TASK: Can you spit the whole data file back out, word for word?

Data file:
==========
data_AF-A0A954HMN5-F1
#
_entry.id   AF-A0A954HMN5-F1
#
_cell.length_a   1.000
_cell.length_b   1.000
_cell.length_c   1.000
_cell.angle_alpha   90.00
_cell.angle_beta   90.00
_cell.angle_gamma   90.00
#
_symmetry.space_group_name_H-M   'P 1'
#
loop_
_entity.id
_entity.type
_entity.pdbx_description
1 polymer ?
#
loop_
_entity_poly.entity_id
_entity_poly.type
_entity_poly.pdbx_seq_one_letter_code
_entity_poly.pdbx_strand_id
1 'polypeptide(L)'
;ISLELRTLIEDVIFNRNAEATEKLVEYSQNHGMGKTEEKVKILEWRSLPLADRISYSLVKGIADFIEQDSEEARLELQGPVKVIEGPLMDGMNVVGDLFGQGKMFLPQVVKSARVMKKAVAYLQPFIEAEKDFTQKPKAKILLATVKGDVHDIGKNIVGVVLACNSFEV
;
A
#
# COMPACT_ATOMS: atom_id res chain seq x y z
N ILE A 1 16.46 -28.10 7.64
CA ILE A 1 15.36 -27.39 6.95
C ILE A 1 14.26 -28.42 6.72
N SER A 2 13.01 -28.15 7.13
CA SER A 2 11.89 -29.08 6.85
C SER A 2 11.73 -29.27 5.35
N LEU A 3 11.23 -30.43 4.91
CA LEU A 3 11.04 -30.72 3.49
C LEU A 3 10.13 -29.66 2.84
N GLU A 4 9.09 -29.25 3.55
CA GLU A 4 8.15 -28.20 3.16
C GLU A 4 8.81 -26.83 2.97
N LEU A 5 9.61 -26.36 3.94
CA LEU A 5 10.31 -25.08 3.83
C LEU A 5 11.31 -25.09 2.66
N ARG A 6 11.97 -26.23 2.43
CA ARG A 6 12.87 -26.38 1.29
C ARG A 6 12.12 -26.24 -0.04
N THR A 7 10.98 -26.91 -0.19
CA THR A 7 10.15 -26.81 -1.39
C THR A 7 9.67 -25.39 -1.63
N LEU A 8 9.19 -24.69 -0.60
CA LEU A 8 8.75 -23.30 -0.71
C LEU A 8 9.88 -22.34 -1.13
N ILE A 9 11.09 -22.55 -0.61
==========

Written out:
data_AF-A0A954HMN5-F1
#
_entry.id   AF-A0A954HMN5-F1
#
_cell.length_a   1.000
_cell.length_b   1.000
_cell.length_c   1.000
_cell.angle_alpha   90.00
_cell.angle_beta   90.00
_cell.angle_gamma   90.00
#
_symmetry.space_group_name_H-M   'P 1'
#
loop_
_entity.id
_entity.type
_entity.pdbx_description
1 polymer ?
#
loop_
_entity_poly.entity_id
_entity_poly.type
_entity_poly.pdbx_seq_one_letter_code
_entity_poly.pdbx_strand_id
1 'polypeptide(L)'
;ISLELRTLIEDVIFNRNAEATEKLVEYSQNHGMGKTEEKVKILEWRSLPLADRISYSLVKGIADFIEQDSEEARLELQGPVKVIEGPLMDGMNVVGDLFGQGKMFLPQVVKSARVMKKAVAYLQPFIEAEKDFTQKPKAKILLATVKGDVHDIGKNIVGVVLACNSFEV
;
A
#
# COMPACT_ATOMS: atom_id res chain seq x y z
N ILE A 1 16.46 -28.10 7.64
CA ILE A 1 15.36 -27.39 6.95
C ILE A 1 14.26 -28.42 6.72
N SER A 2 13.01 -28.15 7.13
CA SER A 2 11.89 -29.08 6.85
C SER A 2 11.73 -29.27 5.35
N LEU A 3 11.23 -30.43 4.91
CA LEU A 3 11.04 -30.72 3.49
C LEU A 3 10.13 -29.66 2.84
N GLU A 4 9.09 -29.25 3.55
CA GLU A 4 8.15 -28.20 3.16
C GLU A 4 8.81 -26.83 2.97
N LEU A 5 9.61 -26.36 3.94
CA LEU A 5 10.31 -25.08 3.83
C LEU A 5 11.31 -25.09 2.66
N ARG A 6 11.97 -26.23 2.43
CA ARG A 6 12.87 -26.38 1.29
C ARG A 6 12.12 -26.24 -0.04
N THR A 7 10.98 -26.91 -0.19
CA THR A 7 10.15 -26.81 -1.39
C THR A 7 9.67 -25.39 -1.63
N LEU A 8 9.19 -24.69 -0.60
CA LEU A 8 8.75 -23.30 -0.71
C LEU A 8 9.88 -22.34 -1.13
N ILE A 9 11.09 -22.55 -0.61